German Troops Reportedly Left to Pay for Equipment From Own Pocket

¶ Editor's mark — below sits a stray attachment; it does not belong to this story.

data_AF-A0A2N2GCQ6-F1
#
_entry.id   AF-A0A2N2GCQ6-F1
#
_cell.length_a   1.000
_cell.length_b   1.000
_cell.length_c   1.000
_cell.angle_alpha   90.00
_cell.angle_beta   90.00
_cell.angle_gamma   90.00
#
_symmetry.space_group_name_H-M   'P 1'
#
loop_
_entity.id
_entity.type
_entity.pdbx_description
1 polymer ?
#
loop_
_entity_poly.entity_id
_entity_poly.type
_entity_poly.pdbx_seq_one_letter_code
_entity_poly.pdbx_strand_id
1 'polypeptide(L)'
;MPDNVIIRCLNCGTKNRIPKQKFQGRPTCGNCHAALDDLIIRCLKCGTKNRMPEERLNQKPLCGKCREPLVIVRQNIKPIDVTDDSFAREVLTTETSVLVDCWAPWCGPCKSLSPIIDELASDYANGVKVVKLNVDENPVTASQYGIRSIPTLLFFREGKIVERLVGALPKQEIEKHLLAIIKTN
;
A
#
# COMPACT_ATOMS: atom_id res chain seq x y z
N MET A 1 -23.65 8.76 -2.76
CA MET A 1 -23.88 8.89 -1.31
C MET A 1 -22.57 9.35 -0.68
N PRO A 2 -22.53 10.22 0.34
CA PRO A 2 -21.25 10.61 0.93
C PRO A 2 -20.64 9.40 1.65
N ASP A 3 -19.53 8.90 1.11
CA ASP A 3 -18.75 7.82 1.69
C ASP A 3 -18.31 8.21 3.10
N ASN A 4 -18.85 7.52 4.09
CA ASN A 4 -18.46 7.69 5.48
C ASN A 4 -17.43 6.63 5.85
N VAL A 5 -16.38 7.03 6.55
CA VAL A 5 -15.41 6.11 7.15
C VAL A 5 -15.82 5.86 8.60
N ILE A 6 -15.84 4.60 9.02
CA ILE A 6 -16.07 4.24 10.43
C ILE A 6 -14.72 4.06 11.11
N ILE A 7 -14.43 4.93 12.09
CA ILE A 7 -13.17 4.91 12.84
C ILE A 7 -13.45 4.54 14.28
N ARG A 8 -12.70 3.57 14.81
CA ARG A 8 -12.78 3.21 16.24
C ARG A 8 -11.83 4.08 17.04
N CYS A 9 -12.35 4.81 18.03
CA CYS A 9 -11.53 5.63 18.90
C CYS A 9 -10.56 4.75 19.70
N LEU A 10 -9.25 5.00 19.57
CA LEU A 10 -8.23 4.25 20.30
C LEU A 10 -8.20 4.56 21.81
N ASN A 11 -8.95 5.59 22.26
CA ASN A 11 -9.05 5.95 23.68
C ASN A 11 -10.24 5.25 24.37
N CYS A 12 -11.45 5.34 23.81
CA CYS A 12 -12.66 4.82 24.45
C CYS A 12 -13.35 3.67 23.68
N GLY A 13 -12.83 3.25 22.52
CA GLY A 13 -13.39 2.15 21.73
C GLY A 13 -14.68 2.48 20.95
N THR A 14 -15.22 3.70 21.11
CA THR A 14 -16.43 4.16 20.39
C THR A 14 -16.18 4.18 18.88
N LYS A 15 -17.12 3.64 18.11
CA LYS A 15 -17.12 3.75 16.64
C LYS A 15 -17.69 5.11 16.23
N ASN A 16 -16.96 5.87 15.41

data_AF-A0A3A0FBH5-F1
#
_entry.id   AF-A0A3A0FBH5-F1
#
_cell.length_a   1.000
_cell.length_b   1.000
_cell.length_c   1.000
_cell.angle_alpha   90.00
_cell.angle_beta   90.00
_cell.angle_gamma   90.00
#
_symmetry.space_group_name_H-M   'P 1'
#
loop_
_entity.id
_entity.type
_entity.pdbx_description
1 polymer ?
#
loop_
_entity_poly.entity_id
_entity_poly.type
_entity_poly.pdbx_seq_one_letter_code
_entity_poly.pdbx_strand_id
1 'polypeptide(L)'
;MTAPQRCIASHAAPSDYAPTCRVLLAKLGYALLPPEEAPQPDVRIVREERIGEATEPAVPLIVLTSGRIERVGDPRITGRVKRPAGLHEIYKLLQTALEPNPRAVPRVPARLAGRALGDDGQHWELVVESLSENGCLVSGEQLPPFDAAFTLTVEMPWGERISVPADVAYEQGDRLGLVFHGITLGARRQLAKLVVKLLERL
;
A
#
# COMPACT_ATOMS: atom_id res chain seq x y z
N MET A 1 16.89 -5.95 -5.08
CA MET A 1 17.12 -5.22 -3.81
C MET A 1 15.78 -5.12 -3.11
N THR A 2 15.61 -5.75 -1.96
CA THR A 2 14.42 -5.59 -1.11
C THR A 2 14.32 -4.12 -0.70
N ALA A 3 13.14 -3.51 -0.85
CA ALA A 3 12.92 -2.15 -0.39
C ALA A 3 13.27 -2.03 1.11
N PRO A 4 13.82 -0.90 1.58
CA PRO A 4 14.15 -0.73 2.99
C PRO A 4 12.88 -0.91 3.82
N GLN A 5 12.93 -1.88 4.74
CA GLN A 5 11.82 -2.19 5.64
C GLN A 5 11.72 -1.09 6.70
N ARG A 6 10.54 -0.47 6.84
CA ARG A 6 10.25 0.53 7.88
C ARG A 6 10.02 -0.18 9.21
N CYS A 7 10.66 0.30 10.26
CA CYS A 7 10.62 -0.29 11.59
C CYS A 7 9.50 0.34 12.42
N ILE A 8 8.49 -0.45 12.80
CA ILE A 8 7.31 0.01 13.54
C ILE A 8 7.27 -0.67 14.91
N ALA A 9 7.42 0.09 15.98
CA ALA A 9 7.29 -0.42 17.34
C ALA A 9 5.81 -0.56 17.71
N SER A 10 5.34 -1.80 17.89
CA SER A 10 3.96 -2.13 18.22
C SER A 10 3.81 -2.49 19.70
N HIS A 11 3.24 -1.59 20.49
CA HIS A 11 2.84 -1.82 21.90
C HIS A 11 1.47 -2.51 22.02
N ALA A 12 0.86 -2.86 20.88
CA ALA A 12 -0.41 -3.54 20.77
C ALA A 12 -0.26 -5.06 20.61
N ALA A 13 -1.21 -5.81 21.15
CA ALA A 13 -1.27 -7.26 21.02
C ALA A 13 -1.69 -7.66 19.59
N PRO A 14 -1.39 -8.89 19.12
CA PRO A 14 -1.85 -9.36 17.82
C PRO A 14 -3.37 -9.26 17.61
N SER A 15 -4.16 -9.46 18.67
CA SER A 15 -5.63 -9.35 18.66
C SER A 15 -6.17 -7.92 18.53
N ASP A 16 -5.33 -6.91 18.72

German Bundeswehr soldiers of the NATO enhanced forward presence battalion InternationalIndiaAfricaBERLIN (Sputnik) – The German army reportedly never received the supply of properly functioning resources it has been promised by defense ministers for the past 10 years, leaving many soldiers with no other choice but to pay for equipment on their own.Boris Pistorius is not the first German Defense Minister to pledge an improvement to the army’s supply and procurement; his predecessors Christine Lambrecht, Annegret Kramp-Karrenbauer and Ursula von der Leyen all promised to reform military procurement but never did. German media reported Wednesday that investigators with the NTV broadcaster said it visited a number of German military bases in the country and witnessed the broken supply chain first-hand. It said some service members had to replace state-provided equipment with their own devices, citing the case of an officer who had to buy his own walkie-talkie for an exercise as the one provided to him by the state was still in repairs. The German navy is also affected by poor procurement. The crew of the Hamburg frigate decided that buying their own 3D printer to produce replacement parts was an easier solution than to wait for state support, the report said, adding that it takes months for even the simplest equipment and spare parts to arrive. The Sachsen’s crew reportedly bought their own flashlights. IT-technologies are another weak point of the Bundeswehr, according to the report, as the broadcaster found that many German warships do not have an adequate internet connection and their crew members have to purchase and install the relevant equipment themselves. Germany, like many other countries, has started to rethink its defense policy after the start of Russia’s special military operation in Ukraine in February 2022. In early March, the German defense minister said the Bundeswehr would be incapable of protecting the country in the event of an immediate war due to poor resources and personnel shortages. In June 2022, the German parliament by a majority of votes endorsed Chancellor Olaf Scholz’s initiative to allocate 100 billion euros ($110 billion) to strengthen the country’s defense capabilities.

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